J_Busworth wrote:I live in the "catchment zone" for the L2 Randwick Line. I'm the only person with a care either way about transport in my circle of friends and locals that I know. They ALL have whinged about the light rail to the extent they all refuse to catch it. Of course that's just my circle of people who live across Coogee and Randwick who typically travel to the CBD every day for a living, so its anecdotal. I got speaking to my local MP at a volunteer event recently, she told me that she expected pushback against the light rail, but even she was surprised at the level concern her office was seeing and I know for a fact she and others have consistently brought this up in Parliament. People are complaining,


Well if they don't step it up a notch, any hope of extensions or more lines is dead. There is no way people are going get to behind extensions or even new lines when the 'shining example' cost twice was originally promoted and is slower than the congested buses it was supposed to replace.

And this 'pains' me as I like trams. They are quiet, efficient, low pollution and CAN be fast.
The rapidly developing electric bus is going to remove the noise and pollution factors used to promote light rail alternatives. If they can't even get the faster at moving more people right, the entire concept is dead and buried.
In an extreme case, this line is going to last 10 years only and be replaced by bi-articulated electric buses running directly through from the suburban termini to the CBD.
And Prof Neuman, if he's still in the game (academics never actually retire), will be jumping up and down saying 'I told you so'.

It's almost like there are factions in TfNSW trying to make the tram project fail.
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Re: Light rail gets the green light: stage 1 UNSW to CBD

Postby tonyp » Sun Mar 29, 2020 8:21 am

matthewg wrote:
Well if they don't step it up a notch, any hope of extensions or more lines is dead. There is no way people are going get to behind extensions or even new lines when the 'shining example' cost twice was originally promoted and is slower than the congested buses it was supposed to replace.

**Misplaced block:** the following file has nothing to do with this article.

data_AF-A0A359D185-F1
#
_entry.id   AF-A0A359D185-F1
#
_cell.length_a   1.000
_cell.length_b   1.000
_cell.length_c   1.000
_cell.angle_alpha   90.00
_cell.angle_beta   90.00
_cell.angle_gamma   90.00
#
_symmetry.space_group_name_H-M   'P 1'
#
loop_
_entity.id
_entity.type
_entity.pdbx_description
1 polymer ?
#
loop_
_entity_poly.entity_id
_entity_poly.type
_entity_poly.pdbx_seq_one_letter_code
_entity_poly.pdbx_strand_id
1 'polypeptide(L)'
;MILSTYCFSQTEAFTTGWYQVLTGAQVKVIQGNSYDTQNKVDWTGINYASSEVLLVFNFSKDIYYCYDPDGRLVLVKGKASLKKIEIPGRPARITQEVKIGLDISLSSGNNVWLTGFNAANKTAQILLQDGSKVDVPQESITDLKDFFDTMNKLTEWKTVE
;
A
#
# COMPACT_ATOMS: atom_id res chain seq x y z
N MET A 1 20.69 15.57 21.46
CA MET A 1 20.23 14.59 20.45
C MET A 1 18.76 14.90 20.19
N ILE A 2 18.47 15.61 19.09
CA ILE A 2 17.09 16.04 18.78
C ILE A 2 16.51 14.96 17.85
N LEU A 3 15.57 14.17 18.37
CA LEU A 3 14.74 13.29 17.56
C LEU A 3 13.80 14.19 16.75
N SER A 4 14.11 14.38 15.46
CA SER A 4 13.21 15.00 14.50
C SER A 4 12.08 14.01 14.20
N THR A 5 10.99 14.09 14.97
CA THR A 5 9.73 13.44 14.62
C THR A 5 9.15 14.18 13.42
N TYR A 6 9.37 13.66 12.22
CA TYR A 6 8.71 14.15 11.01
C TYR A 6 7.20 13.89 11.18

And this 'pains' me as I like trams. They are quiet, efficient, low pollution and CAN be fast.
The rapidly developing electric bus is going to remove the noise and pollution factors used to promote light rail alternatives. If they can't even get the faster at moving more people right, the entire concept is dead and buried.
In an extreme case, this line is going to last 10 years only and be replaced by bi-articulated electric buses running directly through from the suburban termini to the CBD.
And Prof Neuman, if he's still in the game (academics never actually retire), will be jumping up and down saying 'I told you so'.

It's almost like there are factions in TfNSW trying to make the tram project fail.

It has to be put to use now that it's built. There's no way it will be ripped up. It's just an operational problem now and that can be fixed with the will and the right expertise. Never attribute to a conspiracy theory that which can be attributed to plain incompetence. It awaits the Minister to stop apologising for TfNSW and put the boot into his agency and its contractors but I suspect his personal arrogance blinds him to seeing the problem. Buses simply don't have the capacity of a tram system, that's not the solution and the battery-electric bus dream will remain at the margins for some considerable time because they're too costly to set up, don't have the capacity for major routes and will take too long to amortise on lower-patronage feeder routes.... unless cost is no object, which seems to be a "thing" in NSW right now.
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Re: Light rail gets the green light: stage 1 UNSW to CBD

Postby Merc1107 » Sun Mar 29, 2020 2:28 pm

matthewg wrote:And Prof Neuman, if he's still in the game (academics never actually retire), will be jumping up and down saying 'I told you so'.
He gets MORE than his fair share of airtime in W.A. at the moment... Given how the new LR is playing out right now, he's going to start using it as a textbook example of why Perth SHOULD NOT go for light-rail and instead push his hobby-horse, the "trackless tram", as the ideal solution... Ugh.
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Re: Light rail gets the green light: stage 1 UNSW to CBD

Postby neilrex » Sun Mar 29, 2020 11:04 pm

matthewg wrote:
Well if they don't step it up a notch, any hope of extensions or more lines is dead. There is no way people are going get to behind extensions or even new lines when the 'shining example' cost twice was originally promoted and is slower than the congested buses it was supposed to replace.


I quite disagree with this assessment. If I lived at Coogee or Maroubra, I'd be in favour of extensions even though I think the light rail is an expensive lemon. The reason I'd think so, is that even if it was still a lemon after extension, the continuous hassle and delay of interchanging would be eliminated. It would still be slower, but much less unpredictably slow.

The voting residents of Coogee and Maroubra outnumber those of, for example, La Perouse, who would still have to interchange if the obvious extensions were made. Although tonyp is obsessed with UNSW srudents, this includes many non-voters , and those who do vote are dispersed all over the places, and will only be going to UNSW for a few years in contrast to the mindset of CBD workers who contemplate having to catch the disfunctional system for another 20 years or more.